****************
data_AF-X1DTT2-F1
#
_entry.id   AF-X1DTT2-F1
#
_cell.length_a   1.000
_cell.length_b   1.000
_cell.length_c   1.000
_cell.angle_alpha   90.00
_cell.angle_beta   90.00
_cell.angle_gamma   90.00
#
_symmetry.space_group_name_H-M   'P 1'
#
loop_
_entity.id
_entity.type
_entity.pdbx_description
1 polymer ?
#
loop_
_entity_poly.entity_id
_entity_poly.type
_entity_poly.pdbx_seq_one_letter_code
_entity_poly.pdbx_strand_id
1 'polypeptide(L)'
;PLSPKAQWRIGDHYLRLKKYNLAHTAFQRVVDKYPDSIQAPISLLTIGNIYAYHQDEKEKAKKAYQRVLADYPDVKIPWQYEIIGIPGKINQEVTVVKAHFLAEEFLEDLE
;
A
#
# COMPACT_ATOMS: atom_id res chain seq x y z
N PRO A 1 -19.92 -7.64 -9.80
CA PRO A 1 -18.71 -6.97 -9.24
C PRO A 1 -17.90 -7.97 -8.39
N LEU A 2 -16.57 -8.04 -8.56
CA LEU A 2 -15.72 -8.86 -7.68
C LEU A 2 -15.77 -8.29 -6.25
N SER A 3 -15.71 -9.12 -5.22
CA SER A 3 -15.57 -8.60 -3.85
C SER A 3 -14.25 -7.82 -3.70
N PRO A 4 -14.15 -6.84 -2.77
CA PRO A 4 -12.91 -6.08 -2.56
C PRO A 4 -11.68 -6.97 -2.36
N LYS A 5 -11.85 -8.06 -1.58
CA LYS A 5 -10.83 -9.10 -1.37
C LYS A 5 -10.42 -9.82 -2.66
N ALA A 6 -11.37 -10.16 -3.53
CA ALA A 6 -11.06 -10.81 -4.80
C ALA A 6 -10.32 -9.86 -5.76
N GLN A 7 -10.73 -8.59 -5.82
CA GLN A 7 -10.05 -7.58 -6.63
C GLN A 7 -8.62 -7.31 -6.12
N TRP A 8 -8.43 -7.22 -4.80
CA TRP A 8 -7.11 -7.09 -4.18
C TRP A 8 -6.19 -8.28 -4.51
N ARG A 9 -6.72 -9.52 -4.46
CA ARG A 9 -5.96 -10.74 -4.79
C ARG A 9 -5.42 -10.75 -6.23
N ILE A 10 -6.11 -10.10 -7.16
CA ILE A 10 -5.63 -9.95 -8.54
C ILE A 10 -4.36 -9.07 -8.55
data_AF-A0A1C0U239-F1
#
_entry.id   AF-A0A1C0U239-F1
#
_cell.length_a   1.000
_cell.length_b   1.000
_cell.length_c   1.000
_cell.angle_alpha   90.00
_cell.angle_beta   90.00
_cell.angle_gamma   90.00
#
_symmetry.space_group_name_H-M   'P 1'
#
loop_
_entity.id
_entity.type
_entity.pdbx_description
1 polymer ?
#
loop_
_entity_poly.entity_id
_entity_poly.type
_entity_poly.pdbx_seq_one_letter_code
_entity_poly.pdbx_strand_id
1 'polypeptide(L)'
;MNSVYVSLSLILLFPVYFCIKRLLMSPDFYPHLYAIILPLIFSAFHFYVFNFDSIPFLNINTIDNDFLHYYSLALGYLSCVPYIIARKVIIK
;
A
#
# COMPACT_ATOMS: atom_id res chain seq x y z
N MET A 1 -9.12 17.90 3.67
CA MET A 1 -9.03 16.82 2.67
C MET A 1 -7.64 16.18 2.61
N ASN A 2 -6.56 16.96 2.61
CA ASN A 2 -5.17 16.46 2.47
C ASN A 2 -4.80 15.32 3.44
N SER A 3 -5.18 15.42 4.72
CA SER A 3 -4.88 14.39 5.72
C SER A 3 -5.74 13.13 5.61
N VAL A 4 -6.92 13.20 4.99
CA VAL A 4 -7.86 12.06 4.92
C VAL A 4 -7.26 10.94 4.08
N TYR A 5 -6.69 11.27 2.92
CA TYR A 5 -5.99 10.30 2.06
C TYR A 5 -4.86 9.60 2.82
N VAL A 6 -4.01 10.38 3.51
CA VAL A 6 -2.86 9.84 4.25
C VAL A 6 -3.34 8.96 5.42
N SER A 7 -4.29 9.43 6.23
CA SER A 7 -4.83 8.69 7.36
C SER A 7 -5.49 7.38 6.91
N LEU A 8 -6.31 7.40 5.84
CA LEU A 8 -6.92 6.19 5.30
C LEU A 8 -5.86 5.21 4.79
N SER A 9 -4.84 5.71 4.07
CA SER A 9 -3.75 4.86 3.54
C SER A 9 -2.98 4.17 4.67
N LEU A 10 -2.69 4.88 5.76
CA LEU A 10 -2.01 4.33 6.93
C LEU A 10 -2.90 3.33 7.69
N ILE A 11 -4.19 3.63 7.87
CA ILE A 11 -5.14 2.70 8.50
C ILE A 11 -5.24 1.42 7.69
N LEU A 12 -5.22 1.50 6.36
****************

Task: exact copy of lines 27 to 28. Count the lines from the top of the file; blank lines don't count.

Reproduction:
;
A